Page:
I’m going to try to talk myself into processing and posting at least one image per day for the next few weeks.
The photograph above was taken in Needles, CA just down the block from the 66 Motel on Route 66. I found the chair in an old boxcar that was sitting on the side of the road.
This is a three-shot HDR file that was processed twice using the techniques I describe in my new on-line HDR class. After processing the image, I opened it into Photoshop via Camera Raw and placed it as a Smart Object. I also ran my Soft Contrast and Vignette actions on it and added a few Hue/Saturation and Curves adjustment layers to fine-tune the image (as described in the class mentioned above). I also wanted the twigs int he foreground to stand out a little bit, so I painted on the mask attached to the Vignette layers to prevent those areas from being darkened.
I don’t know if any of those notes make sense or are helpful to anyone sense they are so vague, but let me know if you’d like to me to continue providing them in the future (no promises since I’m pretty lazy at remembering what I did).
This is an elegant example of your HDR style, Ben.
The processing notes are useful in relating your course techniques to a given example and also as an insight into what elements in an image you creatively want to emphasise.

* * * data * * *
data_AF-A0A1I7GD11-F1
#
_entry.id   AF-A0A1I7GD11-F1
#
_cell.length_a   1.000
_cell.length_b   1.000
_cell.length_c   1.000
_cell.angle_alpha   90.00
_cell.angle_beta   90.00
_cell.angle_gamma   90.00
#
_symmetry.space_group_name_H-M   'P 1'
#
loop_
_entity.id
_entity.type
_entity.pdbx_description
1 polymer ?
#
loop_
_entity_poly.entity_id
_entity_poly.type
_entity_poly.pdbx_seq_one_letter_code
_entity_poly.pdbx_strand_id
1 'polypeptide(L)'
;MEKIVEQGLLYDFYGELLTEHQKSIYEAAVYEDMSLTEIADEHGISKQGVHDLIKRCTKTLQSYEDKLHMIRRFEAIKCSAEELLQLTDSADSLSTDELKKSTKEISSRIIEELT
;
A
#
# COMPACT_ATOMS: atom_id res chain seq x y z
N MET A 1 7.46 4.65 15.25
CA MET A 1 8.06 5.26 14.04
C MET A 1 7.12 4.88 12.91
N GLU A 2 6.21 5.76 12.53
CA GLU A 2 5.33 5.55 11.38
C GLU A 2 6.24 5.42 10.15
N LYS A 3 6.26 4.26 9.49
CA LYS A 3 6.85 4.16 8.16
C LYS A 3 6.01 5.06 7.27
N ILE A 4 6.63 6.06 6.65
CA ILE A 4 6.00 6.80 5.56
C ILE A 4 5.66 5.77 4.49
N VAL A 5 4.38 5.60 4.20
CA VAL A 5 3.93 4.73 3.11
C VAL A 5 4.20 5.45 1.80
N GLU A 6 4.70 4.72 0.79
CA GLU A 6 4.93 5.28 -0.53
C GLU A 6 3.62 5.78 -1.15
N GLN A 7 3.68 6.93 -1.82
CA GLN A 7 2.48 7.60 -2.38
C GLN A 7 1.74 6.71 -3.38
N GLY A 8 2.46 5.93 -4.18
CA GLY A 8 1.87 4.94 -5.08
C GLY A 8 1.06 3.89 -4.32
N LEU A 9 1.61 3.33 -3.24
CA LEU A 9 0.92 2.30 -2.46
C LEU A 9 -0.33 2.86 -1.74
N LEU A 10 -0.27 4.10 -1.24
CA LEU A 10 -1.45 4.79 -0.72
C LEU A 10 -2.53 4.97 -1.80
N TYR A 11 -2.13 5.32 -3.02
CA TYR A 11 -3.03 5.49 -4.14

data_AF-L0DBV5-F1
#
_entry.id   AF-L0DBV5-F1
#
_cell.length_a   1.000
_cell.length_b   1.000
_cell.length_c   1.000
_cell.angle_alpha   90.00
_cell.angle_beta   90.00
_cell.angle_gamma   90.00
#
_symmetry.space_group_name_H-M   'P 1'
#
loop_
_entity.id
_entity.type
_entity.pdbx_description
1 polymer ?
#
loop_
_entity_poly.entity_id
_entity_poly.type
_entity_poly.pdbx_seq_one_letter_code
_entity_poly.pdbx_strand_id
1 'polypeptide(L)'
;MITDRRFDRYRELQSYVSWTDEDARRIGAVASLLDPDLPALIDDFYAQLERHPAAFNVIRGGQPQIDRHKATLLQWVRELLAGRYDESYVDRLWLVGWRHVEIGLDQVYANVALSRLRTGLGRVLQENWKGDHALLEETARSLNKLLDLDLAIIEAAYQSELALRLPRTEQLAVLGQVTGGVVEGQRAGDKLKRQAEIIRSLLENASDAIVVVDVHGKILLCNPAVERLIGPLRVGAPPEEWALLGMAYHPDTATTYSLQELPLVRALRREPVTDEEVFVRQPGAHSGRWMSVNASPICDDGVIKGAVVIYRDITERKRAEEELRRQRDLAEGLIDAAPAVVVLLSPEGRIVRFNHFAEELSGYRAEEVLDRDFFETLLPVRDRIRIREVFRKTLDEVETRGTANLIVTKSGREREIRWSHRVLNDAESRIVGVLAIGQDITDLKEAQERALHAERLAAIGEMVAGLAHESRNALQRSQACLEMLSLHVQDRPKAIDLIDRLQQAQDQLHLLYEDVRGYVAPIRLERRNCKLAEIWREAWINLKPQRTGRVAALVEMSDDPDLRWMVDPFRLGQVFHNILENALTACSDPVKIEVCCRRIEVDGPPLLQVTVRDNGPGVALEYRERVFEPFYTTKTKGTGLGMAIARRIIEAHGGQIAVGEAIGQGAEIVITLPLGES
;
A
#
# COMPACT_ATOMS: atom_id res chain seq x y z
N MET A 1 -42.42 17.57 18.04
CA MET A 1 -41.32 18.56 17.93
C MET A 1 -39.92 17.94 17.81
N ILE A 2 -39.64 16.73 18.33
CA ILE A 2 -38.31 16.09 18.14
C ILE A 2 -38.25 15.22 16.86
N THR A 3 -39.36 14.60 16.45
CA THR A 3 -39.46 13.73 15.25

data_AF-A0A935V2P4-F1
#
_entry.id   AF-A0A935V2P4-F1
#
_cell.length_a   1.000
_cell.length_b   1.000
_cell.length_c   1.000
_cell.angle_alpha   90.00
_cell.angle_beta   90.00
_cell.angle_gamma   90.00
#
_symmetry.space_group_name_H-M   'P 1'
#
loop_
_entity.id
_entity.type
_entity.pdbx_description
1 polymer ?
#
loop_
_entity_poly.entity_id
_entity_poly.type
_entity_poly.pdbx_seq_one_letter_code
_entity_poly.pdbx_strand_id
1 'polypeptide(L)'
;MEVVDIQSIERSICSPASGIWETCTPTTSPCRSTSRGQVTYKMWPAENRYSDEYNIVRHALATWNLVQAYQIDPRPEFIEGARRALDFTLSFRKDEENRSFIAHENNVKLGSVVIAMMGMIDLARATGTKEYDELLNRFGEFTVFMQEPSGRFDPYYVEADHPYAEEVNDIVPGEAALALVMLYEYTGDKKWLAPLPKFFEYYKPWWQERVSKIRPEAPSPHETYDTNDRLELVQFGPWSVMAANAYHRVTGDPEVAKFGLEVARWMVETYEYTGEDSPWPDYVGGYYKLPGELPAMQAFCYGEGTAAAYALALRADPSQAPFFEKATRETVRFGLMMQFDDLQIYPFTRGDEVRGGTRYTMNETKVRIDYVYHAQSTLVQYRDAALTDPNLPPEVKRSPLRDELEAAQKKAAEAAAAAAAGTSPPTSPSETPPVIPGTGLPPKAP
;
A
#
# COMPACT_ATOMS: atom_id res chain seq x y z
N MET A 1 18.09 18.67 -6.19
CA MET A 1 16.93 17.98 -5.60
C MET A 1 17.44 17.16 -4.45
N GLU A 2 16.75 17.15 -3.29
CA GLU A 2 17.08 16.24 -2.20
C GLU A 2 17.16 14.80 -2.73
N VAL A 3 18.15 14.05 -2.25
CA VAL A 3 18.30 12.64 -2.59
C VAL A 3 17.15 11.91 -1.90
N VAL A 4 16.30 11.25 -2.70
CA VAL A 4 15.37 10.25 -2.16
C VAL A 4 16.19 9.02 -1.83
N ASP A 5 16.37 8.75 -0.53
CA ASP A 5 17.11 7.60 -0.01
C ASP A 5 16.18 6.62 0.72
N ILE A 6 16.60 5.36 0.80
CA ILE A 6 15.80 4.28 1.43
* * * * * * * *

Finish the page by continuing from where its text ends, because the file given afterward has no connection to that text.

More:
Moreover, these examples and notes will not only encourage people to take your HDR course, but likely inspire those who have, (like me), to get out and try more HDR ourselves!
Thank you. 🙂
I took your Xtrain course and the notes are very useful to me…so please include them with your images…thanks
Ben, at the Great Smokies workshop you mentioned that your HDR course would be available on DVD soon. Any update on that?
No update yet…
I talked to them about a week ago and they made up another excuse for a delay. If it’s not available for X-mas, then I won’t do any more content for that company. Let’s hope it’s out my turkey day.
The notes are really helpful, with or without details. Not only to understand what you were emphasizing in your adjustment, but in seeing how you attained that.
Keep the comments coming … it’s great to read the process you use to get to these wonderful images.